The original title for this movie was Silent Night. This referred both to the story's Christmas setting, but also to the time period it takes place. It refers in part to life in Quebec before The Quiet Revelation. This was not a happy time, and unlike many Christmas films, this is not nostalgic in the least.

This film is directed and Co-written by Claude Jutra, who is one of the most respected Canadian directors, having directed such films as Take it All. He spent a while in France earlier where he worked with such great French directors as François Truffaut and Jean Roach. Truffaut had even produced Jutra's short film Anna la Bonne

This movie is a great work of art. It is much deeper, more complex, and thought provoking than it's seemingly simple story would have you think. Many critics and audiences still argue about what the film is truly about. Rather than give you a detailed analysis of what this film is about I will rather let you watch it for yourself. I do this not because I don't have my own theory (which I do), but because I think that coming up with your own interpretation, while watching this film will enhance your movie watching experience. Also what has to be mentioned when talking about this film is Michel Brault's excellent cinematography, which is just incredible. This is an art film, so some might be turned off by that, but I recommend giving it a try anyway, because there are much worse things you can do with your life than to watch a great work of art like this.

-Michael J. Ruhland

Resources Used

Monday, November 25, 2019

Movie Review: Frozen 2

Michael's Movie Grade: B

While this may not be the instant classic the first Frozen was, it is definitely a good movie in its own right.

The main reason many of us went to see this movie is to see more of these great characters and luckily they are just as great here as they were in the first film. Elsa is just as much of a mysterious but extremely likable character. Anna is still my favorite having an extremely good heart and a selfless love for her sister. Olaf is just as charmingly naïve and eternally good hearted. Kristoff gets a bigger chance to shine in this movie and he really does. His awkwardness is both charming and relatable.

The songs are the one place where this movie surpasses its predecessor. Sorry Do You Want to Build a Snowman or Let It Go but All is Found is easily my new favorite Frozen song. The melody and lyrics are haunting beautiful and whenever the song was sung I felt my emotions being moved. Lost in the Woods and Into the Unknown are also just as good if not better than any of the songs in the first film.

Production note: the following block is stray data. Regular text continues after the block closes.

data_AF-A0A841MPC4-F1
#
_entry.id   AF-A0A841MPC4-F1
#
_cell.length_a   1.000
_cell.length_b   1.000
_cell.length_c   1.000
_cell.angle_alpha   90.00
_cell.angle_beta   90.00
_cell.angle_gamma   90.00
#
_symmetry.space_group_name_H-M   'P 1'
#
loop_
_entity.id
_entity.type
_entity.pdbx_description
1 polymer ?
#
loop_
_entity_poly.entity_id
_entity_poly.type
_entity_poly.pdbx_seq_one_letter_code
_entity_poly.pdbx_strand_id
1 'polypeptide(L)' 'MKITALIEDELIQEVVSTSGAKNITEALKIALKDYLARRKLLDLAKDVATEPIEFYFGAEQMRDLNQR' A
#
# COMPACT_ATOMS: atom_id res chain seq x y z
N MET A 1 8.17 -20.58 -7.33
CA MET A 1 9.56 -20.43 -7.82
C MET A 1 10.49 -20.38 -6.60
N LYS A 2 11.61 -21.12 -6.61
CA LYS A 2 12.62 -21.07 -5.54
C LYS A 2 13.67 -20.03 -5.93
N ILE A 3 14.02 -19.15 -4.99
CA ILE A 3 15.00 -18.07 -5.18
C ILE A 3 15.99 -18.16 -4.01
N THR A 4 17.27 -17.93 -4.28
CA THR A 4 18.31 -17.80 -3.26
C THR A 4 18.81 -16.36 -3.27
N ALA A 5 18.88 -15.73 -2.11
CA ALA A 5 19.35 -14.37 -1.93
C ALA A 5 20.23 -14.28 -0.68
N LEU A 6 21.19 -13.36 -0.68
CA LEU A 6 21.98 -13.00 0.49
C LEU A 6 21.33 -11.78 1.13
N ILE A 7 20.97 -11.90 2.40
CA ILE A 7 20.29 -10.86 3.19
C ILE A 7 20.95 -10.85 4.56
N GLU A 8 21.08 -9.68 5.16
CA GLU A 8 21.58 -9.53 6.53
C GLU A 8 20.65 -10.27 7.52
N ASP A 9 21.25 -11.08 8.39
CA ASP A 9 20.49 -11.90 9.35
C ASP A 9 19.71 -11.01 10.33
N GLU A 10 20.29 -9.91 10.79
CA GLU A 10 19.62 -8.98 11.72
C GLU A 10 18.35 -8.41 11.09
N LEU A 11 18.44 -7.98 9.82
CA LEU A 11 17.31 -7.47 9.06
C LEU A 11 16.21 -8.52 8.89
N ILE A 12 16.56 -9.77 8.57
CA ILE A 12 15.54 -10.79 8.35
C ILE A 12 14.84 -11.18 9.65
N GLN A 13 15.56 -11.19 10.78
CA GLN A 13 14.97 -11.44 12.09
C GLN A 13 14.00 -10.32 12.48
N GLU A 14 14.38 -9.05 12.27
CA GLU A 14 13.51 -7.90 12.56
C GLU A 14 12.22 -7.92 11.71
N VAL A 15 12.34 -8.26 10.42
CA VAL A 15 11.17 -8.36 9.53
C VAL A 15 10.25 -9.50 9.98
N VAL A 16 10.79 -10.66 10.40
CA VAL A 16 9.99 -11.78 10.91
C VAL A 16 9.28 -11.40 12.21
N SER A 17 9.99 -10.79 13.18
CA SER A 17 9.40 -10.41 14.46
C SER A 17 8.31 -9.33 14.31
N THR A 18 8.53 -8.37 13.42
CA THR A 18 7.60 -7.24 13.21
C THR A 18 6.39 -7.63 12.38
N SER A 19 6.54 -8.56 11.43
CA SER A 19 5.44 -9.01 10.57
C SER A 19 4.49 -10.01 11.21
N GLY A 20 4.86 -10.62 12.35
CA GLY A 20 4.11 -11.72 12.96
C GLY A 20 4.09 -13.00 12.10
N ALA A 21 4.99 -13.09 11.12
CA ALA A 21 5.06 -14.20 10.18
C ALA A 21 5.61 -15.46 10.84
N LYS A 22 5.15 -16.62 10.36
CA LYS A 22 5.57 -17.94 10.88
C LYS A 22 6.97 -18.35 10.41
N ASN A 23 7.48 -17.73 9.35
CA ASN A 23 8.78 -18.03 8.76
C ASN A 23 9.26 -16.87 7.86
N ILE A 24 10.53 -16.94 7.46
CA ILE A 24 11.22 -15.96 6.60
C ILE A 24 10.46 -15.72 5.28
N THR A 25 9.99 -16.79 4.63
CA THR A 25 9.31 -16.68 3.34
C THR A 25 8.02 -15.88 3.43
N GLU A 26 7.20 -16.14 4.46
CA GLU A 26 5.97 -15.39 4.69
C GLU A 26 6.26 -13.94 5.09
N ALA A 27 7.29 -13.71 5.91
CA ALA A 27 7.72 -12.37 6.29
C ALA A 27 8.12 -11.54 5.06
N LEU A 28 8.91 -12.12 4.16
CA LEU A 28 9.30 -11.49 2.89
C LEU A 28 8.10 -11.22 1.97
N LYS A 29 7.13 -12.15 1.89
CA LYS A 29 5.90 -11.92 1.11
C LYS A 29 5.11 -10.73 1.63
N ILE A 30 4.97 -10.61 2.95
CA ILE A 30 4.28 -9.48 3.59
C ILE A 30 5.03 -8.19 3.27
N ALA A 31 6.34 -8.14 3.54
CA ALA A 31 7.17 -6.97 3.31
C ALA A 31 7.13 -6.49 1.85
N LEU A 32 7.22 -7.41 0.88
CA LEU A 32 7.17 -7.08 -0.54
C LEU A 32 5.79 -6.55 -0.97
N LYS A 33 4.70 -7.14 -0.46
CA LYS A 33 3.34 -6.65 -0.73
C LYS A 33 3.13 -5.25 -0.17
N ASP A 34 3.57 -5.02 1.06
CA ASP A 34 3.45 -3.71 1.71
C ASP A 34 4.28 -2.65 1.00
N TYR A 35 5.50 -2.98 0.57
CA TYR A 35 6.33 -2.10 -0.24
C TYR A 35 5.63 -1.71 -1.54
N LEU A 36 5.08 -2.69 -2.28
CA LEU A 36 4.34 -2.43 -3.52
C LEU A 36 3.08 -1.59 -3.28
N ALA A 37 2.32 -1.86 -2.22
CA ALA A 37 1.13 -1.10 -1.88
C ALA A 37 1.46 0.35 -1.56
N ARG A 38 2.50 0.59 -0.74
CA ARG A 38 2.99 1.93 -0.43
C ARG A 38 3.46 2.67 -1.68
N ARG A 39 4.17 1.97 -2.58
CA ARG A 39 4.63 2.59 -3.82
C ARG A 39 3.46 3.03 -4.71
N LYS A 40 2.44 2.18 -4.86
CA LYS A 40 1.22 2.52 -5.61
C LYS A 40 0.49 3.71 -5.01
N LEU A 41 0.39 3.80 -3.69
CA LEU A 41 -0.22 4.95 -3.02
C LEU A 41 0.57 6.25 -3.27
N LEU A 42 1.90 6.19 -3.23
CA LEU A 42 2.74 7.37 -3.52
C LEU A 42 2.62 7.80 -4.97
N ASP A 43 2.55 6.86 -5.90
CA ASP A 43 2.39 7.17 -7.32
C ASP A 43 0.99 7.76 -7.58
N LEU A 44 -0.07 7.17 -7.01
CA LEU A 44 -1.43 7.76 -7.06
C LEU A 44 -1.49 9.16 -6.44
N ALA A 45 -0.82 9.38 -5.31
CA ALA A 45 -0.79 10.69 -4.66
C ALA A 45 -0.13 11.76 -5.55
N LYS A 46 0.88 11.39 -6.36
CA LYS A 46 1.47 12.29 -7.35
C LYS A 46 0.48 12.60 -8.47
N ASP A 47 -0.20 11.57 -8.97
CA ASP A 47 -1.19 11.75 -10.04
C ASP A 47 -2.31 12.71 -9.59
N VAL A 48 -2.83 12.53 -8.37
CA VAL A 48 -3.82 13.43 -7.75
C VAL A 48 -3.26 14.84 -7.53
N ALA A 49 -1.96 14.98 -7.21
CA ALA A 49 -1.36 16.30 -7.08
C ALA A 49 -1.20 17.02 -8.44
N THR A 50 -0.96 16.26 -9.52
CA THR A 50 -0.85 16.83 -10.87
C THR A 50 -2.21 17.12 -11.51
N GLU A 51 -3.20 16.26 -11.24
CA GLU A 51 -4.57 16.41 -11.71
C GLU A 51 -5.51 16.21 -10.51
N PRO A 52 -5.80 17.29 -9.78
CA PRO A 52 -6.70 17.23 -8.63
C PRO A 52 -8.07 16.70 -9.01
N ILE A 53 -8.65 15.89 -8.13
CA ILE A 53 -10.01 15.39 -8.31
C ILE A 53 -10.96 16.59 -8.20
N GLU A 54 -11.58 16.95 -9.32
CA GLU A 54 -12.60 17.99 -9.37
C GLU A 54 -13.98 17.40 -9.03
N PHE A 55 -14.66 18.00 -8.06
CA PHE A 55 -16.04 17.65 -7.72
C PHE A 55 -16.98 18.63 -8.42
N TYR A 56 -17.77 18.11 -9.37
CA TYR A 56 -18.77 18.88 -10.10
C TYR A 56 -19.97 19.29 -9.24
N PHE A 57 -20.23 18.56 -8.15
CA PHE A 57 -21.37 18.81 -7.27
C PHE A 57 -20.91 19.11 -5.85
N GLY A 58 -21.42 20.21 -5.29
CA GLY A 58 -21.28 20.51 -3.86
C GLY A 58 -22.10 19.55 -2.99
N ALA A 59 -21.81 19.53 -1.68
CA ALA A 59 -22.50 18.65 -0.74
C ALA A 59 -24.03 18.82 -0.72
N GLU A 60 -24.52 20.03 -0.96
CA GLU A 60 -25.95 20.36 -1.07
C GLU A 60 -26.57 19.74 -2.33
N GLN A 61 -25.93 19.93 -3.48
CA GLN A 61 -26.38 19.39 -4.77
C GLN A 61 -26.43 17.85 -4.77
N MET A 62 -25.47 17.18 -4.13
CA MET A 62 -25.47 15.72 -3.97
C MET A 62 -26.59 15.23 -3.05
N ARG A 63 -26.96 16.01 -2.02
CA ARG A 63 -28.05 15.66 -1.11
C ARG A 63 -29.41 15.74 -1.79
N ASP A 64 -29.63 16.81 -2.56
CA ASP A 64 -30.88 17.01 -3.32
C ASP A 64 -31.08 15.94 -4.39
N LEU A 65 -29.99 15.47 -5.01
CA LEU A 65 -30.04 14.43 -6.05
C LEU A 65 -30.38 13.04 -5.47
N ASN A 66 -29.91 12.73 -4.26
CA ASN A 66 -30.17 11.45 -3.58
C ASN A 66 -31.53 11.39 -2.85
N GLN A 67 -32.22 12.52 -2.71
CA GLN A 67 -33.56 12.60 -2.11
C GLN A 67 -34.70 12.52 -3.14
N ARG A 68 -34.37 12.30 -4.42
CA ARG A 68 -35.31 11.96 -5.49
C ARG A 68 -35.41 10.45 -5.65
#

The story is definitely a good one and fits the characters and the world of Frozen well. However it is definitely conventional and there was not one second where I could not predict what would happen next, nor did I ever feel this story offered me anything previous animated movies haven't.

The humor is hit and miss. When it hits it is very funny. I love Olaf's way of play charades and Kristoff practicing proposing to Anna made me laugh out loud. Still there where moments were it felt like the filmmakers were trying to force humor and what felt so naturally in the first film did not work as well here.

This may not be as good as the first film, but taken on its own merits it is easily a good movie.

-Michael J. Ruhland  

Saturday, November 23, 2019

Some Cartoons For Saturday Morning #46

Hello my friends and welcome back to another Saturday morning full of classic cartoons. 

We begin with an offbeat Disney short from the early 1960's. By this time the Disney studio was no longer producing animated shorts regularly as they had done in the 1930's or 40's. However the studio had not stopped producing these films as a whole and cartoons like this would appear at times. These films were of the same high quality that Disney cartoons had always been. As a country music fan, this following short has a special interest for me as its music is provided by Rex Allen and The Sons of the Pioneers. So enjoy The Saga of Windwagon Smith (1961).